Kansas TV producer fights for the right to picket

Tuesday, June 2, 1998

Although her lawsuit against a Topeka, Kan., TV station was dismissed Monday, a producer's First Amendment challenge to an order that prohibits her and her husband from picketing WIBW advertisers continues.

The now-defunct lawsuit stems from Ola Drake's time as a co-producer for the show Culturally Speaking in 1994. According to that suit, the station agreed to give her “producer's pay,” but never did. Her “reputation in broadcasting was damaged,” the suit alleged, and Ola was harassed at work and eventually forced off the job. She then sued the station for more than $100,000.

In early March 1997, the Drakes began picketing and sending letters and faxes to 10 or 15 of the TV station's advertisers including car dealers, travel agencies and other local businesses in high-traffic areas.

The Drakes' protest lasted about five or six weeks, until April 1997 when Judge James Buchele issued a temporary restraining order preventing the couple from picketing the station's advertisers. In November, that order was made permanent.

Ola Drake's appeal of that injunction was filed in December. She and her husband are awaiting a decision from the 2nd U.S. Circuit Court of Appeals.

“I'm fairly optimistic. I think we have a really strong case,” said John Simpson, an attorney representing the Drakes and affiliated with the American Civil Liberties Union. “I think the Drakes were exercising their First Amendment rights within the limits set by previous court cases.”

Simpson said: “As long as you don't trespass or hurt people, you have a right to picket to further your political or social beliefs.

“If you're trying to affect a political or social change, then you've got the right to picket wherever you want as long as you don't disrupt things,” Simpson said. “It's the same as abortion protesters, as long as they don't scare people to death and leave them a reasonable way to get into the abortion clinics.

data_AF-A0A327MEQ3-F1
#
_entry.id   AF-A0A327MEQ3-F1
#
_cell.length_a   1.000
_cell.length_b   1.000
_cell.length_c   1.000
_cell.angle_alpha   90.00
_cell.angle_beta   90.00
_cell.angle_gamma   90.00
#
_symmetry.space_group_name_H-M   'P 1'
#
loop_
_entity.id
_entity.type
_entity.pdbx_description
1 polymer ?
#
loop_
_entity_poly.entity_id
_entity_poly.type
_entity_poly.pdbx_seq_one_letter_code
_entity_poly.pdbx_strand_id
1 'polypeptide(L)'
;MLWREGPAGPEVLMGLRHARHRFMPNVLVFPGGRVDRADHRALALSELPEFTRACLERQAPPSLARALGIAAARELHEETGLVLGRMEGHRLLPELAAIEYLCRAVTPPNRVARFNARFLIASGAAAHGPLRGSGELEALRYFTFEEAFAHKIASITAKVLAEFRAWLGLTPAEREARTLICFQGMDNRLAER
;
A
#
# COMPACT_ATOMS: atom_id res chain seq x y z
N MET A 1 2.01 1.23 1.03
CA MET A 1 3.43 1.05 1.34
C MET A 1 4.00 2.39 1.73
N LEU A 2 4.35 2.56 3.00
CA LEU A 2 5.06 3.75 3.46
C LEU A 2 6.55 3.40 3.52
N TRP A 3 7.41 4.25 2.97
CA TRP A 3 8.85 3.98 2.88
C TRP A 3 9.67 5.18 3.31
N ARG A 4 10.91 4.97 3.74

“The unique thing about this case is that the Drakes decided the best way to get WIBW-TV to change their personnel policies was to put pressure on advertisers. It's clear that you can picket people and cause them economic harm—or threaten to—and you're still O.K.”

The station's owner, Benedek Broadcasting Corp, had filed a counter claim against the Drakes seeking damages for interference with advertisers. Both parties decided on Monday to dismiss the counter claim with prejudice, meaning the station can't re-file the claim at a later time.

“They had an awfully weak case on the counter claim,” Simpson said. Attorneys for the station have said that the Drakes were acting with malice, but “they've presented no evidence,” he noted.

Mike Merriam, an attorney representing Benedek, did not return phone calls. In previous conversations, however, Merriam said: “You don't have a First Amendment right to blackmail people and pull their business. Advertising clients have nothing to do with the case and should not be threatened by the plaintiffs.”

Benedek's motion to collect attorney fees has yet to be argued. No hearing date has been set.